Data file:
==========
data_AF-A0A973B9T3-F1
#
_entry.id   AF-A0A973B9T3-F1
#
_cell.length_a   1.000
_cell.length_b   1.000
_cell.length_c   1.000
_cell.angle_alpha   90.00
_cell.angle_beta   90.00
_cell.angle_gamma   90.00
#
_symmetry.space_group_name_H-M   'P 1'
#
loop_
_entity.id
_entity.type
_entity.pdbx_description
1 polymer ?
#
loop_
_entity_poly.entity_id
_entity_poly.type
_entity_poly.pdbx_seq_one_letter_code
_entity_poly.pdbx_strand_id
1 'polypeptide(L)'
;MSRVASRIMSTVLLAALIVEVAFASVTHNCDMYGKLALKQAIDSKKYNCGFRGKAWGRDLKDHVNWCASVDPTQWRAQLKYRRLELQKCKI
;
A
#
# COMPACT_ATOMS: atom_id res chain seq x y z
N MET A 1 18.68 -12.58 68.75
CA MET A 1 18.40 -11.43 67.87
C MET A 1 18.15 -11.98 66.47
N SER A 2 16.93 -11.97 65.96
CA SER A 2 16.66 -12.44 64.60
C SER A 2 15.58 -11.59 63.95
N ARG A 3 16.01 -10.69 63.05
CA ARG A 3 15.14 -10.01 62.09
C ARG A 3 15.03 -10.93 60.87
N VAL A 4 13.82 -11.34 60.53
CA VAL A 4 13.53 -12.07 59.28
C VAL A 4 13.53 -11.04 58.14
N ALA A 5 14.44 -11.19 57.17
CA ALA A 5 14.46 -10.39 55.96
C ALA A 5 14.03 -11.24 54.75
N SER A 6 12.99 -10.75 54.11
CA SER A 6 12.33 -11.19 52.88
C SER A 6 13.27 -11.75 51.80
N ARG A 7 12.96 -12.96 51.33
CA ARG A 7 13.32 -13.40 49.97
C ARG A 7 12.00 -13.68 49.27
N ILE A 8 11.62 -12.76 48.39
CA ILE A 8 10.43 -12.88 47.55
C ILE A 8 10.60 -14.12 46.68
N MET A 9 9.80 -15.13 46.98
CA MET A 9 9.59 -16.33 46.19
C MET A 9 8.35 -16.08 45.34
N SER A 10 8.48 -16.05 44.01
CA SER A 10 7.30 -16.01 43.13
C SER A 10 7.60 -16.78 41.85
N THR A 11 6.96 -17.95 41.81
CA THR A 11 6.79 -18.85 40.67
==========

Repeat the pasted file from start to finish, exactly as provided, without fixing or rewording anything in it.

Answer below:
data_AF-A0A973B9T3-F1
#
_entry.id   AF-A0A973B9T3-F1
#
_cell.length_a   1.000
_cell.length_b   1.000
_cell.length_c   1.000
_cell.angle_alpha   90.00
_cell.angle_beta   90.00
_cell.angle_gamma   90.00
#
_symmetry.space_group_name_H-M   'P 1'
#
loop_
_entity.id
_entity.type
_entity.pdbx_description
1 polymer ?
#
loop_
_entity_poly.entity_id
_entity_poly.type
_entity_poly.pdbx_seq_one_letter_code
_entity_poly.pdbx_strand_id
1 'polypeptide(L)'
;MSRVASRIMSTVLLAALIVEVAFASVTHNCDMYGKLALKQAIDSKKYNCGFRGKAWGRDLKDHVNWCASVDPTQWRAQLKYRRLELQKCKI
;
A
#
# COMPACT_ATOMS: atom_id res chain seq x y z
N MET A 1 18.68 -12.58 68.75
CA MET A 1 18.40 -11.43 67.87
C MET A 1 18.15 -11.98 66.47
N SER A 2 16.93 -11.97 65.96
CA SER A 2 16.66 -12.44 64.60
C SER A 2 15.58 -11.59 63.95
N ARG A 3 16.01 -10.69 63.05
CA ARG A 3 15.14 -10.01 62.09
C ARG A 3 15.03 -10.93 60.87
N VAL A 4 13.82 -11.34 60.53
CA VAL A 4 13.53 -12.07 59.28
C VAL A 4 13.53 -11.04 58.14
N ALA A 5 14.44 -11.19 57.17
CA ALA A 5 14.46 -10.39 55.96
C ALA A 5 14.03 -11.24 54.75
N SER A 6 12.99 -10.75 54.11
CA SER A 6 12.33 -11.19 52.88
C SER A 6 13.27 -11.75 51.80
N ARG A 7 12.96 -12.96 51.33
CA ARG A 7 13.32 -13.40 49.97
C ARG A 7 12.00 -13.68 49.27
N ILE A 8 11.62 -12.76 48.39
CA ILE A 8 10.43 -12.88 47.55
C ILE A 8 10.60 -14.12 46.68
N MET A 9 9.80 -15.13 46.98
CA MET A 9 9.59 -16.33 46.19
C MET A 9 8.35 -16.08 45.34
N SER A 10 8.48 -16.05 44.01
CA SER A 10 7.30 -16.01 43.13
C SER A 10 7.60 -16.78 41.85
N THR A 11 6.96 -17.95 41.81
CA THR A 11 6.79 -18.85 40.67